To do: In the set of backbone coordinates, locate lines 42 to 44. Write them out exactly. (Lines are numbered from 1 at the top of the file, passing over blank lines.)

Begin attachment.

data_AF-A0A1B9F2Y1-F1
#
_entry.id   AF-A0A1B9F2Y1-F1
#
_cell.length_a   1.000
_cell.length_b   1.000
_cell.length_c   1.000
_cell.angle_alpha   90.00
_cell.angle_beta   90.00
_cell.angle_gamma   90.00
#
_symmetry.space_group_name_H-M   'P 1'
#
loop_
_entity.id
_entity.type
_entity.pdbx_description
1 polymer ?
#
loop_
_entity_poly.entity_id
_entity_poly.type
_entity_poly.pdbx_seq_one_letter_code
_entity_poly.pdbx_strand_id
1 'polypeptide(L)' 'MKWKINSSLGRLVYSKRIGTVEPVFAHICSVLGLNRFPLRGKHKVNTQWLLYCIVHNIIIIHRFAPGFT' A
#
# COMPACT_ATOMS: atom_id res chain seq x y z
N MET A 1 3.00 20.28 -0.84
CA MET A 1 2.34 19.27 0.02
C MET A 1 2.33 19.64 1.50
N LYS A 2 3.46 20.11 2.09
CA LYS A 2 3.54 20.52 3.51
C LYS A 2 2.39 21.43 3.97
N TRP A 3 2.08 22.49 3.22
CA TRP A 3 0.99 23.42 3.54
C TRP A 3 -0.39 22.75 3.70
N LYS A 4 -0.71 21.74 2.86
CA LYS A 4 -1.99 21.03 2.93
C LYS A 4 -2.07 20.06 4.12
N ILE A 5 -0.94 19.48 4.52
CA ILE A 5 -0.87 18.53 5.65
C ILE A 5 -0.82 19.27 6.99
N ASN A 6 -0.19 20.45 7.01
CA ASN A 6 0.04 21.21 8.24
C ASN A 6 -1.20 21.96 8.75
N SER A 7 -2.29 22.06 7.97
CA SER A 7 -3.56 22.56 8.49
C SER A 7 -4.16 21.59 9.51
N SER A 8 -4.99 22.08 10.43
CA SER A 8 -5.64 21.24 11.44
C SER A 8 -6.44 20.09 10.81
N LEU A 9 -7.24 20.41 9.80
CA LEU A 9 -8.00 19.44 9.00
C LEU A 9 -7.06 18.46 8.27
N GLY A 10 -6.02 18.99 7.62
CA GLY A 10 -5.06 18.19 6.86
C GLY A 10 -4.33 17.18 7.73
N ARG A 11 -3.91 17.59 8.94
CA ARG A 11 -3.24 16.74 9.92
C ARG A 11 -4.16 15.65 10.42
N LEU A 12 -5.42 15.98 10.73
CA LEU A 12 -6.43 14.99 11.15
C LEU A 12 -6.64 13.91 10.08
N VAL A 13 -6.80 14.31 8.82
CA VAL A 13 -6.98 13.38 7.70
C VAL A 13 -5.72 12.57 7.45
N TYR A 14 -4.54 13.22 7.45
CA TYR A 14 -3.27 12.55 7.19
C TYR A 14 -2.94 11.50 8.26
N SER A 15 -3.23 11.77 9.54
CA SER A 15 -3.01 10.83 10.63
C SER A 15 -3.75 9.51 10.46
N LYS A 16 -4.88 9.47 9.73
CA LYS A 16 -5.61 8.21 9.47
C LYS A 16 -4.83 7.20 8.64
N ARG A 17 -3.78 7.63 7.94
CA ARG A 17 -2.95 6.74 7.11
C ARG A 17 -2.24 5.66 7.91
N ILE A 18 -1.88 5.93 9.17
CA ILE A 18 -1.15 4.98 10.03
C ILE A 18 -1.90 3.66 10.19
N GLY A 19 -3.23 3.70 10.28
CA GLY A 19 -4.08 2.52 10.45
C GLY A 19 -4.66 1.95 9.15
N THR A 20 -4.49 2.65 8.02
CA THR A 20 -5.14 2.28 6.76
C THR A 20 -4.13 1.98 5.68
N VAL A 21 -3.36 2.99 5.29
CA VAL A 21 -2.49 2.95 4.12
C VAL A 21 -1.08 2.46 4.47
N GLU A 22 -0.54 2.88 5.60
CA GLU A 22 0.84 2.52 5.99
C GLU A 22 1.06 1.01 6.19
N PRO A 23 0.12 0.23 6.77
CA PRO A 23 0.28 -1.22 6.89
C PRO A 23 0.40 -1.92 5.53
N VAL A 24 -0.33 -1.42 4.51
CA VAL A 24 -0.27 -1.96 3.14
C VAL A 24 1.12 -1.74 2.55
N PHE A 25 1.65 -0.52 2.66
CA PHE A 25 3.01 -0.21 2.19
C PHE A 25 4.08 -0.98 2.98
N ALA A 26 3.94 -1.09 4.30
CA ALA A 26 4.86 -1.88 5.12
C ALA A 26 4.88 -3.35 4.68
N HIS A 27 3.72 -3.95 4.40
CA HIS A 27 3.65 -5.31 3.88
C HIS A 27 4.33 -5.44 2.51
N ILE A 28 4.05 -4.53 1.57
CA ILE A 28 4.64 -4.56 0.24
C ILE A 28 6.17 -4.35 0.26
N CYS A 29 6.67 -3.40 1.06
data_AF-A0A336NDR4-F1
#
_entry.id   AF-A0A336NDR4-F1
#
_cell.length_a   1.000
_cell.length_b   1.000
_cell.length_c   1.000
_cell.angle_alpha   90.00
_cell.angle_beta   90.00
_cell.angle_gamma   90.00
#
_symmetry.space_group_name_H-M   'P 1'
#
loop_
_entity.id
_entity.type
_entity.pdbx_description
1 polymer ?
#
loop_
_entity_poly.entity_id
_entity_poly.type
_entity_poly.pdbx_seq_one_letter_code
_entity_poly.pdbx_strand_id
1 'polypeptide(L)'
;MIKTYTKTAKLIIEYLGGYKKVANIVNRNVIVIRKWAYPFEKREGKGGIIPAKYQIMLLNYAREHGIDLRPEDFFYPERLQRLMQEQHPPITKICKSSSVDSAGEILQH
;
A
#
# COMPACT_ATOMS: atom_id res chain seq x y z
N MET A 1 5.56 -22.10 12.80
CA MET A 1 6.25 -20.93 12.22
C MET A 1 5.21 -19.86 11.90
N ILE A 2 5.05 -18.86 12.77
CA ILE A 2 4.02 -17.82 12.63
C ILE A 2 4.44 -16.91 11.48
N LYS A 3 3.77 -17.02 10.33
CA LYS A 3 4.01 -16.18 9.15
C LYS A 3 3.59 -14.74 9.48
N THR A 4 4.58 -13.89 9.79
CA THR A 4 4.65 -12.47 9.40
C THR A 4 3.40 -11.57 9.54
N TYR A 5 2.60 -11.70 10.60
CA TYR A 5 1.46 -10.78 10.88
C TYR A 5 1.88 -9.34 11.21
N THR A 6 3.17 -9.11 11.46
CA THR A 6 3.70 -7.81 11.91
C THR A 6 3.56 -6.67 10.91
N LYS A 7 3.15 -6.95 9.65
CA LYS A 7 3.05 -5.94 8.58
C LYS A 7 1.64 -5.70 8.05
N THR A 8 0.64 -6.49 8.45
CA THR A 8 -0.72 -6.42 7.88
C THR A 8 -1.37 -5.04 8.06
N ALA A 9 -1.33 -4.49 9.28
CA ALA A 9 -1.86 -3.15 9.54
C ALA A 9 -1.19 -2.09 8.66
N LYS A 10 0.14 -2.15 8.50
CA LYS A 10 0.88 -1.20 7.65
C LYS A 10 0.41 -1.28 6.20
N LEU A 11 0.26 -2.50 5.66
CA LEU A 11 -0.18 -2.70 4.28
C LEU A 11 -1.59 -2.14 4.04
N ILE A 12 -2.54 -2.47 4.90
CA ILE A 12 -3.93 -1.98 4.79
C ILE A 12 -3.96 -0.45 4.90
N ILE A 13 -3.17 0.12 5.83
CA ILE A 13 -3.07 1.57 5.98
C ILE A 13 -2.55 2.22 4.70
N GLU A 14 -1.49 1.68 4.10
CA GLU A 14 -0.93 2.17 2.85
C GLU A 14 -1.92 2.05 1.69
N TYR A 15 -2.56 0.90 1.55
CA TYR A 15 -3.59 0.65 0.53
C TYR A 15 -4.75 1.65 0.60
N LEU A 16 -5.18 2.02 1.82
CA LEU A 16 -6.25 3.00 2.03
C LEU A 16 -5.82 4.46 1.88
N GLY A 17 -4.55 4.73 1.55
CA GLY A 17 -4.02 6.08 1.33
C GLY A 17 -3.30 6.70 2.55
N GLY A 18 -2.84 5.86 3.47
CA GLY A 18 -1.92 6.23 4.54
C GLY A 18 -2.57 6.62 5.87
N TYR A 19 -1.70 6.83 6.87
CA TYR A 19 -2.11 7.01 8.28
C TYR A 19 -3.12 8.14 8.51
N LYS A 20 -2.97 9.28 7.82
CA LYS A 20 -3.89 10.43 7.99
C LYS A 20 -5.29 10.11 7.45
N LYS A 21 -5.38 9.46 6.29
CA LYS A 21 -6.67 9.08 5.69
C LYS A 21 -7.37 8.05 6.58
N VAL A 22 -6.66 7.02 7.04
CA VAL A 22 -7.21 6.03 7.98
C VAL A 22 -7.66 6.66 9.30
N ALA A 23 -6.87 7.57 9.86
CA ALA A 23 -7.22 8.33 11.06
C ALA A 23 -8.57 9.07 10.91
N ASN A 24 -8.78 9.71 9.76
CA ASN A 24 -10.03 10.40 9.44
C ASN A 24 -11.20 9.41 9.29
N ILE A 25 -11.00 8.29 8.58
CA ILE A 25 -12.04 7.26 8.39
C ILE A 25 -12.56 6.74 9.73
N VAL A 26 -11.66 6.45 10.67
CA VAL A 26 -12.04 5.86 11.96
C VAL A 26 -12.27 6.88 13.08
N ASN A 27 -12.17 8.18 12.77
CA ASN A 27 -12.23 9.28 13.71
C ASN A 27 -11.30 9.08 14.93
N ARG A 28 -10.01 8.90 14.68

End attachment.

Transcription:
C ILE A 5 -0.82 19.27 6.99
N ASN A 6 -0.19 20.45 7.01
CA ASN A 6 0.04 21.21 8.24